Anantashayana Vishnu

From Wikipedia, the free encyclopedia
Jump to: navigation, search
Anantashayana Vishnu, Saranga
Anantashayana Vishnu, Saranga
Anantashayana Vishnu, Saranga
Anantashayana Vishnu, Saranga is located in Odisha
Anantashayana Vishnu, Saranga
Anantashayana Vishnu, Saranga
= Anantashayana Vishnu, Saranga
Coordinates 20°56′00″N 85°17′00″E / 20.93333°N 85.28333°E / 20.93333; 85.28333Coordinates: 20°56′00″N 85°17′00″E / 20.93333°N 85.28333°E / 20.93333; 85.28333
Country India
State/province Orissa
District Dhenkanal district
Locale On the left bank of the Brahmani River
Elevation 61 m (200 ft)
Primary deity Vishnu
History and governance
Date built 9th Century

Anantashayi Vishnu, also known as Anantashayana Vishnu (both literally "sleeping on the serpent Shesha"), is a large open air rock relief of the Hindu god Vishnu, carved during the early 9th Century in the Saranga village, under the Parjang police station, in Dhenkanal district of Orissa, India. It is located on the left bank of the Brahmani River. It is the largest such exposed rock cut structure in the horizontal position measuring 15.4 metres (51 ft) in length, in the whole of India,[1][2] while the largest standing image is of Gomateshwara in Southern India.[3] It is a protected monument maintained by the Archaeological Survey of India, Bhubaneswar Circle. Worship is still offered to the four armed reclining Vishnu.[1]


The Vishnu image, located on the left bank of the river bed of the Brahmani River, is at an elevation of 200 feet (61 m). It is accessible by road over a distance of 1.5 kilometres (0.93 mi) from Saranga Village in Parajanga Tehsil of Dhenkanal district, 67 kilometres (42 mi) from Dhenkanal, 23 km from Angul and 3 kilometres (1.9 mi) from Talcher.[1][4] It is also approached from the National Highway 42 from Cuttack to Sambalpur, on branch road over distance of 3 km.[5] The second natural rock-cut image in parent rock is at Bhimakand in Talcher subdivision of the Dhankal district.[6]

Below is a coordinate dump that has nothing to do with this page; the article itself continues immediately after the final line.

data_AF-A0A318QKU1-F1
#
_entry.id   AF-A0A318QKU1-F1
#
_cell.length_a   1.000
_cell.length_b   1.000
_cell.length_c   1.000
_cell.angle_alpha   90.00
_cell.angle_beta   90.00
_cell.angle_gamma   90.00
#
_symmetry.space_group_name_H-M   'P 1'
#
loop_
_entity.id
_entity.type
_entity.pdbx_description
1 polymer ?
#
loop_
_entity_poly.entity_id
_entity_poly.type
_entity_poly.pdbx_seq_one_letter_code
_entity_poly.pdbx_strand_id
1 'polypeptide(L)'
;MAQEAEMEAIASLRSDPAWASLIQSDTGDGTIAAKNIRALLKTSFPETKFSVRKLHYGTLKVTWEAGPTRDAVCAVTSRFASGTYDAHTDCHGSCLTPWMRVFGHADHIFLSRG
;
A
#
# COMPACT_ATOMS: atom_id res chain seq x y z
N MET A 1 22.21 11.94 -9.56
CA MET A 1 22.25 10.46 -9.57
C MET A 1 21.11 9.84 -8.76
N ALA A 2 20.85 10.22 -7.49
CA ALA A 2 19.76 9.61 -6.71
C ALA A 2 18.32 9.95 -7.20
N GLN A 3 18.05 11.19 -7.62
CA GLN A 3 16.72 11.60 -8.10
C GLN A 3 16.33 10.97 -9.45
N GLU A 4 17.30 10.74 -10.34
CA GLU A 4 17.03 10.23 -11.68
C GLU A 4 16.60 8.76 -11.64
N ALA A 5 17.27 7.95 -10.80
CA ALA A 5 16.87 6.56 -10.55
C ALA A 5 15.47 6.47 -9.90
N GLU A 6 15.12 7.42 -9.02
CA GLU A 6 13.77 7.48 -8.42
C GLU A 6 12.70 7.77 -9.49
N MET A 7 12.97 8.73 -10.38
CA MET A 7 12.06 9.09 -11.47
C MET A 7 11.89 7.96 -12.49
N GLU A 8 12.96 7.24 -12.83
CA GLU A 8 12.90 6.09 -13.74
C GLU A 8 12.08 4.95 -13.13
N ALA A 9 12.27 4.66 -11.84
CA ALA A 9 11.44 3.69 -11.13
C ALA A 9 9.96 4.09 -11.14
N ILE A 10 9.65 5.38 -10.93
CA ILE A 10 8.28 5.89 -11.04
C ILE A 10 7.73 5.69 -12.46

The image was carved during the first quarter of the 9th century CE when the Bhaumakara Dynasty that ruled in central part of Orissa. It has been analysed on the basis of its "idiom and crown" and dated to belong to later part of the Bhaumakara reign.[1] Historical records also indicate that the Nandodhbahav feudatory rulers, under the Bhaumakara kings, who were followers of Vaishnavism (the Hindu sect which worships Vishnu as the Supreme God), were instrumental in getting the carvings of two large rock-cut images of Vishnu - the one at Saranga and the other at Dankal, in the upper Brahmani River valley.[7] The Bhaumakara kings asserted their association with Vaishnavism in the grants that they provided to carve the rock-cut sculptures and temples as recorded on the occasion of the celebrations of Vishuvazakranthi and Devtesvaduadasi.[8]

It is also reported that the urge to create these carved sculptures with deep expressions of "vigour and vitality" was inspired from the expressions depicted in the rock cut temples at Ellora and Elephanta in Maharashtra, and Mahabalipuram temples in Tamil Nadu.[9] Such carvings on entrance gates or central part of regular temple lintels have been noted in the Rajeevlochana temple at Rajim and the Lakshmana temple in Sirpur, which were forerunners for to its adoption under the Bhaumakara kingdom.[10]